Research shows that students who work 10 hours/week can succeed in college despite their jobs creating occasional bumps along the way.
Those students working more than 15-20 hours/week, over one or more jobs however, might not have such a fortunate outcome. Long work hours can run late into the evening, so students show up for class tired. They often work late into the night and submit assignments too close to due dates.
Working more can mean not graduating on time — or at all.
One higher ed institution is doing something about that problem. Temple University, a state-related institution of 40,000 students in Philadelphia, has launched economically creative ways to keep students engaged in class and persisting through graduation.
We invited Dr. Jodi Levine Laufgraben, Vice Provost for Academic Affairs, Assessment, and Institutional Research at Temple University, to join the Enrollment Growth University podcast to talk about Temple’s Fly in 4 initiative.
Temple’s Fly in 4 Initiative
“Fly in 4 is Temple’s signature time-to-degree initiative,” Jodi told us.
The program’s need assessment worked on simple math. Students who get a four-year degree in four years will pay less for that degree and carry less debt into post-graduation life.
“So when we started thinking about what we wanted to have students do and also the type of institutional changes we wanted to make to promote on-time graduation,” Jodi said, “Fly in 4 began to take shape.”
Leaders at Temple recognized that students who see advisors regularly and those who register for classes during an early registration window are more likely to graduate on time. Likewise, students who advance annually in class standing graduate on time. Finally, when economically disadvantaged students can receive financial support that allows them to work less, that support can make a difference in their graduation rate and time.
Building on this research, Temple created Fly in 4.
“The first class at Temple to come in under Fly in 4 were our fall 2014 freshmen,” Jodi said, “and we are really proud to say that that cohort just made it to the finish line and 2018 was that first graduation moment that we could celebrate our Fly in 4 success.”
How Temple University’s Fly in 4 Program Works
Many institutions support time-to-degree type initiatives like Fly in 4. What made Temple’s program unique, however, was the grant component.
“We award 500 $4,000-a-year scholarships to Fly in 4 students,” Jodi explained. “We arrived at the $4,000 by doing the simple math of about 20 hours a week at a part-time job in the minimum wage pay range, and that would equate to $4,000 a year.”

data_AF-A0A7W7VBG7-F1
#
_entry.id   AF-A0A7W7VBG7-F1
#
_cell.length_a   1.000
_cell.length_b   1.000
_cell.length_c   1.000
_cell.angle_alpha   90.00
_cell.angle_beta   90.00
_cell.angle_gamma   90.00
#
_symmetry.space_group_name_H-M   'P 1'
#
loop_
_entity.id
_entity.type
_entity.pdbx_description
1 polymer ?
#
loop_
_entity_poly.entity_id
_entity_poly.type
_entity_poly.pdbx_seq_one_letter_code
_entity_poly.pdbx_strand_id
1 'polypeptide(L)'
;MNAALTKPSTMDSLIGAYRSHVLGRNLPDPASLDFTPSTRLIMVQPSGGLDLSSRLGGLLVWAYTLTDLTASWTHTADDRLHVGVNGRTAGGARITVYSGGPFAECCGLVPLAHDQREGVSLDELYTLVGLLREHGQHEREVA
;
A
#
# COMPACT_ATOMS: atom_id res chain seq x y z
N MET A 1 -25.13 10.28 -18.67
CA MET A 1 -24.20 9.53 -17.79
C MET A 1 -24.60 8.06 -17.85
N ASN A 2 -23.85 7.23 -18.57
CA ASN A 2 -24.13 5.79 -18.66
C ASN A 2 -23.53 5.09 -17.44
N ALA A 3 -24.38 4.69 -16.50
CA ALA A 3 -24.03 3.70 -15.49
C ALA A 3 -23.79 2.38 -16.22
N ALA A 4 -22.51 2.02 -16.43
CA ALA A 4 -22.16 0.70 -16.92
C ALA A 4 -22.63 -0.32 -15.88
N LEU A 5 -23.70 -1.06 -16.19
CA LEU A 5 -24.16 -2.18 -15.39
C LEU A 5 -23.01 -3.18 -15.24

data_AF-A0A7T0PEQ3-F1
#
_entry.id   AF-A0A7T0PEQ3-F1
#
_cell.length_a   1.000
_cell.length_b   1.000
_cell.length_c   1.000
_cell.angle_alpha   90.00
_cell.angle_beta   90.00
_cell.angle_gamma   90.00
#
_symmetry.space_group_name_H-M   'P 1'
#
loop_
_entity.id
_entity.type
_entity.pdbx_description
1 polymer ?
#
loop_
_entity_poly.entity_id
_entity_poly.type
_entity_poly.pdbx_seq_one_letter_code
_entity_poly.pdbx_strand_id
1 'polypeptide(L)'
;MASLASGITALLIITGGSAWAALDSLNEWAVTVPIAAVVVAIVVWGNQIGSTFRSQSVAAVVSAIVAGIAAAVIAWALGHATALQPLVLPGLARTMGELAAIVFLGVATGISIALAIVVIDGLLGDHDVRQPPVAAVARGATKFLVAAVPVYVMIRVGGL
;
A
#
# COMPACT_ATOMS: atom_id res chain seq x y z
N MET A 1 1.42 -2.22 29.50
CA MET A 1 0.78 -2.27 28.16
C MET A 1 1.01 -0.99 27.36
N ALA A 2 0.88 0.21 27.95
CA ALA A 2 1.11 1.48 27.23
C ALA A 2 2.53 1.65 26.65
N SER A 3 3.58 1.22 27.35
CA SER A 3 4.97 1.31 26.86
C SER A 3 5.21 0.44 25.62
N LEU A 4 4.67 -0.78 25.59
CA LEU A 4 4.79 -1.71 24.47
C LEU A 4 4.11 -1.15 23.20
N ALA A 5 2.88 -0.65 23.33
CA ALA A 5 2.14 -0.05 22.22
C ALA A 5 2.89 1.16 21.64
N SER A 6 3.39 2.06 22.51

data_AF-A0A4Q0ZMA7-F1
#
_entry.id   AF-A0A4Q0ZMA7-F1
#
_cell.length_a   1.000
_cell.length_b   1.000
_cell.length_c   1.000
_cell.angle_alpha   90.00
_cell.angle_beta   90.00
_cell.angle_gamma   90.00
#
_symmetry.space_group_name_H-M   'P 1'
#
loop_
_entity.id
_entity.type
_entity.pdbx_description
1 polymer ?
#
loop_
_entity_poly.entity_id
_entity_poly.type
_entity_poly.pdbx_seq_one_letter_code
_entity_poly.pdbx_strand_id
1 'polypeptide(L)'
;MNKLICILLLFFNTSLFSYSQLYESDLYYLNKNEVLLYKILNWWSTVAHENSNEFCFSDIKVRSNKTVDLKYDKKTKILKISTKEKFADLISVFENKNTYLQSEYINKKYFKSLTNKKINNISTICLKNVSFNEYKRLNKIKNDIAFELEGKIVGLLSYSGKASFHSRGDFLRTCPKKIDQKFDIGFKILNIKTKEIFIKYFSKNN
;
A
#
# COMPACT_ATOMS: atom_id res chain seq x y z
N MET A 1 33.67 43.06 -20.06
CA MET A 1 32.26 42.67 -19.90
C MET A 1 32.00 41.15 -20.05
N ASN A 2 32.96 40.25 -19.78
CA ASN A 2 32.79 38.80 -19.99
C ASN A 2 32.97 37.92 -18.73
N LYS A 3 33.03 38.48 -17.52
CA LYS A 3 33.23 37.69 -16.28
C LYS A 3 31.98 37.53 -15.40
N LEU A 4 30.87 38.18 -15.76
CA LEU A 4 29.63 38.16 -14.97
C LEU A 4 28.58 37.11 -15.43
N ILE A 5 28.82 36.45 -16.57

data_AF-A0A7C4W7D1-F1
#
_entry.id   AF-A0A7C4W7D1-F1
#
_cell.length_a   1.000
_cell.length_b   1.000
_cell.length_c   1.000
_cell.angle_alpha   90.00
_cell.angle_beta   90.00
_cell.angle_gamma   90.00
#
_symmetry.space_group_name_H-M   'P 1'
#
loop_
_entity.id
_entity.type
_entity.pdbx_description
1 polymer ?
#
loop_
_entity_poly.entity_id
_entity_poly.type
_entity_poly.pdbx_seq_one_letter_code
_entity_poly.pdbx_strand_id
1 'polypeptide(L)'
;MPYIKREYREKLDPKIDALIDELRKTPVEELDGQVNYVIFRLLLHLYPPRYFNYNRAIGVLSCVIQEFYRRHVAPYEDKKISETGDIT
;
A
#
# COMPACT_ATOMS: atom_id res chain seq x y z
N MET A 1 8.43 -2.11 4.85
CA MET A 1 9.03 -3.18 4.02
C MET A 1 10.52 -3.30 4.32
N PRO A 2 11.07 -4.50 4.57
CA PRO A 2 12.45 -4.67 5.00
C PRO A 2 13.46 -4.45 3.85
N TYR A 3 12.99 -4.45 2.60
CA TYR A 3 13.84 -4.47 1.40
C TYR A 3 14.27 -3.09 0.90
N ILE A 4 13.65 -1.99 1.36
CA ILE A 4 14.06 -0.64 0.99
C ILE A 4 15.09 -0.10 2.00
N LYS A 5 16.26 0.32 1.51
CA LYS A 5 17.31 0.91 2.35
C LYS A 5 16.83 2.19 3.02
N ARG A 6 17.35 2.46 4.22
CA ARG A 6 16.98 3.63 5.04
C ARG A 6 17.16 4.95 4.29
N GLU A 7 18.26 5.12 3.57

Students accept Temple’s Fly in 4 agreement and promise to meet several annual checkpoints, such as seeing an advisor, registering early, and advancing in class standing. The university, in turn, agrees to provide advising, the classes they need, and a degree audit report to help them see how they’re doing in moving through their degree requirements.
Students must remain financially eligible for Fly in 4 throughout the program. Beyond that, they meet the same academic progress requirements that other students have to meet. Temple calls their policy the 30-60-90 Rule. After 30 credits, a freshman moves to sophomore standing. After 60 credits a sophomore moves to junior standing and at 90 credits a student has senior standing. It’s important for students to meet those academic standing markers each year. The research shows that students who advance in class standing stay on track to graduate on time.
The results are astonishing.
The Fly in 4 students graduated at a 57% rate, two points above the university-wide four-year rate of 55%.
Next Steps for Institutions Looking to Mimic Temple’s Fly in 4 Program
What does it take to start a program like Fly in 4?
“For starters, you need to change the culture,” Jan told us. “Often we don’t realize some of the barriers to graduation that we put in front of students.”
Using the data that shows you what courses students want to register for can really help you, too, as can investing in acquiring, training, and retaining qualified advisors.
“We also began to promote class identity in ways that we didn’t do before,” Jodi said. “We did a contest on Twitter for a few summers inviting students to tell us what they would do with an extra $35,000 if they didn’t have to invest in a fifth year for their bachelor’s degree, and we got some really, really creative entries.”
Fly in 4’s success goes to show that when students have the resources to help them pay for college, it makes a difference.
“Thinking about the financial as well as the academic barriers, the personal and social barriers really is how you have to go about focusing on improving your time-to-degree rate,” Jodi said.
If you don’t use iTunes, you can listen to every episode here.